Can we deny that the spitball stained the game, and ruined the numbers? It happened a hundred years ago, so I understand why we don’t want to reopen that Pandora’s Box, but in 80 years we are going to have to deal with another Pandora’s Box. I feel a need, as a GOR voter, to deal with the spitball/PED issue now so we don’t have to deal with it later; when it’s going to be impossible to get the lid back on the box.

Getting back to Walsh: Yaknow, the spitball might have actually damaged his case in the long run. He was a big, ugly, fierce looking sumbitch who probably would have been a dominant pitcher without the spitter, and the spitter led to him throwing an insane number of innings for several years. The load ruined him, costing him at least half of his career. He probably wouldn’t have set the all time era record or been as valuable in the short term, but he might have been able to win 20-25 games for 15 years and been Eddie Plank.

6: Chief Bender
7: John McGraw
8: Bobby Wallace
9: Cy Seymour
10: Grant Johnson

Honorable Mention

Roy Thomas
MIke Donlin

Other Stuff

Red Ames– His BBR page says that he was a switch hitter. His career ops+ was 9. Nine. Imagine how bad it would have been had he not been a switch hitter, getting the platoon advantage.

Jack Barry– The four members of the hundred thousand dollar infield received votes for MVP in each of the four years the Chalmers Award existed. Their totals and place, by year (1911-1914):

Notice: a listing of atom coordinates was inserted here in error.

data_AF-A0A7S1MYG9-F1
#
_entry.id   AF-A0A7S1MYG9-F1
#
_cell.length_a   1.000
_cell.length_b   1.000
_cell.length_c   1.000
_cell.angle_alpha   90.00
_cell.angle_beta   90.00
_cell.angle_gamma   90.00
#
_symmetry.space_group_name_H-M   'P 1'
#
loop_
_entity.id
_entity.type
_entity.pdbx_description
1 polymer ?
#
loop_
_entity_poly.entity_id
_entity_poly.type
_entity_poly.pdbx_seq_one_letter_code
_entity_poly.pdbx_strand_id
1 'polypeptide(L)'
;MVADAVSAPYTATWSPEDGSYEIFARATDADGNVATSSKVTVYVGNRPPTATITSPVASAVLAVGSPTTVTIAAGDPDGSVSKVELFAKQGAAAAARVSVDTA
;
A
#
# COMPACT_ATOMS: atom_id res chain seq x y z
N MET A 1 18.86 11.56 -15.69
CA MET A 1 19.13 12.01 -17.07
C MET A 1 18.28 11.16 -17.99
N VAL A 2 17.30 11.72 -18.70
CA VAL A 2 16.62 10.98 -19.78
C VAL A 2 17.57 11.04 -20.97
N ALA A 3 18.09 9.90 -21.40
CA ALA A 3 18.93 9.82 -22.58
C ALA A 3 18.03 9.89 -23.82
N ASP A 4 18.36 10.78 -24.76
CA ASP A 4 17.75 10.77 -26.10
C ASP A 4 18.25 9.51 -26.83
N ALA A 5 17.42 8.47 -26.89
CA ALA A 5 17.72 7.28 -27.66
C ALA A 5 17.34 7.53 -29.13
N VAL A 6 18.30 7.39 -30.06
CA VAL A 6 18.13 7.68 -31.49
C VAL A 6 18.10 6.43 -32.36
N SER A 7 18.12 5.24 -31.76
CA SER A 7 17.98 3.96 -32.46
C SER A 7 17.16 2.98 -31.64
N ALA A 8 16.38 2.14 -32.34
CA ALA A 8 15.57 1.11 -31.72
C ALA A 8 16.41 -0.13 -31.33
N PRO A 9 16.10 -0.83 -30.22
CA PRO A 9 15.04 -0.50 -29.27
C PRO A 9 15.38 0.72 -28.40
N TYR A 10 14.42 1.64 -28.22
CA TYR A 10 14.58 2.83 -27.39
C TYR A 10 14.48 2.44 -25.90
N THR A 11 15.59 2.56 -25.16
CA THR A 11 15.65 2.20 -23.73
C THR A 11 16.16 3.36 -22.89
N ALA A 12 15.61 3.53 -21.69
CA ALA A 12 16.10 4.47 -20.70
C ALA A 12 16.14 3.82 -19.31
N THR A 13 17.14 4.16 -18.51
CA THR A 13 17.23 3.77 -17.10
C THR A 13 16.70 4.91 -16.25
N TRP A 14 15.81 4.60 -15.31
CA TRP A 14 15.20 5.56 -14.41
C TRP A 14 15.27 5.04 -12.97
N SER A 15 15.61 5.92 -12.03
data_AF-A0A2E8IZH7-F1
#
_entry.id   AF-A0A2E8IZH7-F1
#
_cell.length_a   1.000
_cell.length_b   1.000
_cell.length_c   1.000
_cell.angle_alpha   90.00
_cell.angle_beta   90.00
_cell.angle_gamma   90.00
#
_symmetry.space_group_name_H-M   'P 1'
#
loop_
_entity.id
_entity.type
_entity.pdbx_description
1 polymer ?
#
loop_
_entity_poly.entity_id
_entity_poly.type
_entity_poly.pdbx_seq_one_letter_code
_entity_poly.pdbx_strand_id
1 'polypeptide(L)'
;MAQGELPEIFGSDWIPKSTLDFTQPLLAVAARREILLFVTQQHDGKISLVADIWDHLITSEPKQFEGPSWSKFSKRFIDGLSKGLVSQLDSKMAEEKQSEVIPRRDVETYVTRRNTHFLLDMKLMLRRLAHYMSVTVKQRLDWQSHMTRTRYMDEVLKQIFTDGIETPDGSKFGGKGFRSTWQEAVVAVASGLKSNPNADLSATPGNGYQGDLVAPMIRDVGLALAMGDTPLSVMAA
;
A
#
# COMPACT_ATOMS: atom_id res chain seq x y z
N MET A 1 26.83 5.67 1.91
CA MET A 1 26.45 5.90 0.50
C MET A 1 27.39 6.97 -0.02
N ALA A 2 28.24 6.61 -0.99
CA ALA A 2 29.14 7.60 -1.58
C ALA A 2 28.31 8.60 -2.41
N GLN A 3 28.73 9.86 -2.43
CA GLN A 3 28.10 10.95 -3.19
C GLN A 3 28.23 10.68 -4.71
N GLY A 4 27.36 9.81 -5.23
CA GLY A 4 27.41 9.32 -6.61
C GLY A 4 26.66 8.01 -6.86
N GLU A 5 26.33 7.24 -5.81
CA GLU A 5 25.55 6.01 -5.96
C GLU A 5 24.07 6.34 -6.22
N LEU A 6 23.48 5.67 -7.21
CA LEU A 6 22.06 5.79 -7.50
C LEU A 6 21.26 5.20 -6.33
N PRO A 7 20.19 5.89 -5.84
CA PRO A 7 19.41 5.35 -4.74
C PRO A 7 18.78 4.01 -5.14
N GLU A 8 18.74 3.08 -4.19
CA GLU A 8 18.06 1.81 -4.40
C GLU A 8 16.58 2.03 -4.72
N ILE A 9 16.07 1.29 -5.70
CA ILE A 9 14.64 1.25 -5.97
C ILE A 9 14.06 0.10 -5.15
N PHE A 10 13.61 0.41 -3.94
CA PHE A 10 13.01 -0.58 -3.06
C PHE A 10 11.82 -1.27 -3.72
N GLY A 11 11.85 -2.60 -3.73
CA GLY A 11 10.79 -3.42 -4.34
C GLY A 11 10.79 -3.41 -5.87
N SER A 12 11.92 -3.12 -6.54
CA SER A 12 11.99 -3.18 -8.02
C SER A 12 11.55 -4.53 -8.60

Stuffy: 1 (22nd), 1 (21st), 12 (7th), 11 (7th)
Collins: 32 (3rd), 18 (6th), 30 (3rd), 63 (1st)
Barry: 3 (18th), 4 (14th), 9 (9th), 6 (16th)
Baker: 8 (11th), 17 (7th), 21 (5th), 17 (3rd)

Larry Cheney– Once traded for Joe Shultz Sr.; I only mention it to clarify something: Hans Lobert is listed as a cousin to Joe Shultz of Ball Four fame despite being nearly 40 years older. Joe Shultz Sr. was Lobert’s cousin, and Ball Four Joe Shultz’s father. I don’t think I knew that the children of a cousin are also called cousins.

Hal Chase– Most similar player at ages 27 and 30? Charlie Comiskey. Go figure….

Chick Gandil- One homer combined in his last four seasons, well over 2000 plate appearances. He was a firstbaseman with a below average ops+ even without positional adjustments. Was he actually throwing the series, or did he just stink?